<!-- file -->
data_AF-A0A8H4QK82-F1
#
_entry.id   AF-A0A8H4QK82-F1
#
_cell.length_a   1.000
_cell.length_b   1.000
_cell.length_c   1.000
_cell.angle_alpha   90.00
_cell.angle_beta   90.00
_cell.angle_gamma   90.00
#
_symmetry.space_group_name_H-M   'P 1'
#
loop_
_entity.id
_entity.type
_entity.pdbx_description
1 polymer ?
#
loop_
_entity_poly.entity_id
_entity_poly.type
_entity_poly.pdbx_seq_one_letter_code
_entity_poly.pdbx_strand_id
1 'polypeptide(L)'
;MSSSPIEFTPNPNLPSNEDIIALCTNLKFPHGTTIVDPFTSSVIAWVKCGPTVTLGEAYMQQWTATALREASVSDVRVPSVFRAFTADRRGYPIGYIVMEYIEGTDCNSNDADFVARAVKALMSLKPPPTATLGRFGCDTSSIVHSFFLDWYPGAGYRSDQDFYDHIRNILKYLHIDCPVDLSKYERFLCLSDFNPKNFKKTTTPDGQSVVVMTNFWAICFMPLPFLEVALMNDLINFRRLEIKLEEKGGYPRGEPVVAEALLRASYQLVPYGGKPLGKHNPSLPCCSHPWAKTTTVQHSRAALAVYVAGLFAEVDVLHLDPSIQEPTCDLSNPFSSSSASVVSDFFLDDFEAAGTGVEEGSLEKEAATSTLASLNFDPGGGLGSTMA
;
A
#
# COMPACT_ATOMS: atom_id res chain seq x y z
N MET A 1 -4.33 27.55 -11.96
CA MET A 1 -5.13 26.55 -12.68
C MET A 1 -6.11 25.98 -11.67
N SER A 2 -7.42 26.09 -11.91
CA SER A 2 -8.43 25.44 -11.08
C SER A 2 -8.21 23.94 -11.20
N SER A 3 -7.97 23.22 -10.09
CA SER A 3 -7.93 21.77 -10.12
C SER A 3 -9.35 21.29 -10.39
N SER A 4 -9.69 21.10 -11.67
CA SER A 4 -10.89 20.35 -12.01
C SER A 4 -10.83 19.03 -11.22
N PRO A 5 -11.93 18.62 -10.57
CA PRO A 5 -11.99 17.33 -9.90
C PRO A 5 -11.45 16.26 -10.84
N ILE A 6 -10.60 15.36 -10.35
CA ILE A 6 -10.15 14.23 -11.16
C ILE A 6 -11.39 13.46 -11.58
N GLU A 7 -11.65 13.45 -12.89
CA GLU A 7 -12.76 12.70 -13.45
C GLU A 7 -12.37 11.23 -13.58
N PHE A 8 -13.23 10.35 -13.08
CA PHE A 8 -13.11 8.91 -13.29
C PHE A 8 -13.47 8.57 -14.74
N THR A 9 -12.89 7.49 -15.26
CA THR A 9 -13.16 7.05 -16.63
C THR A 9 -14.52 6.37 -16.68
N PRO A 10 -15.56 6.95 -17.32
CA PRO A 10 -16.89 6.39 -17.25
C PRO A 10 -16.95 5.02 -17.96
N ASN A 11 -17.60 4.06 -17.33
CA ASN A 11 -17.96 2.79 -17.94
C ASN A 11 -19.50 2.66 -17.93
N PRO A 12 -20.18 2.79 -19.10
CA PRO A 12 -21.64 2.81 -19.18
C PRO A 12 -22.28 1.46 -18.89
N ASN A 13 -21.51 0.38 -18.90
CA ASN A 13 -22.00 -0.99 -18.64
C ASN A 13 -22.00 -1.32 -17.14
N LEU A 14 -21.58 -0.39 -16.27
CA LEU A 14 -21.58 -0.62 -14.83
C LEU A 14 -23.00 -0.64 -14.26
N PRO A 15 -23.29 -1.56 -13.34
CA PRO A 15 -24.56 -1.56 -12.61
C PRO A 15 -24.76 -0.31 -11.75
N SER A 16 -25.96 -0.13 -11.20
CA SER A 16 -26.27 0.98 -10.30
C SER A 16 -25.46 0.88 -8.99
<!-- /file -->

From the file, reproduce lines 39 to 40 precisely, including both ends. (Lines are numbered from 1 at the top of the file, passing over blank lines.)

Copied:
C SER A 3 -9.35 21.29 -10.39
N SER A 4 -9.69 21.10 -11.67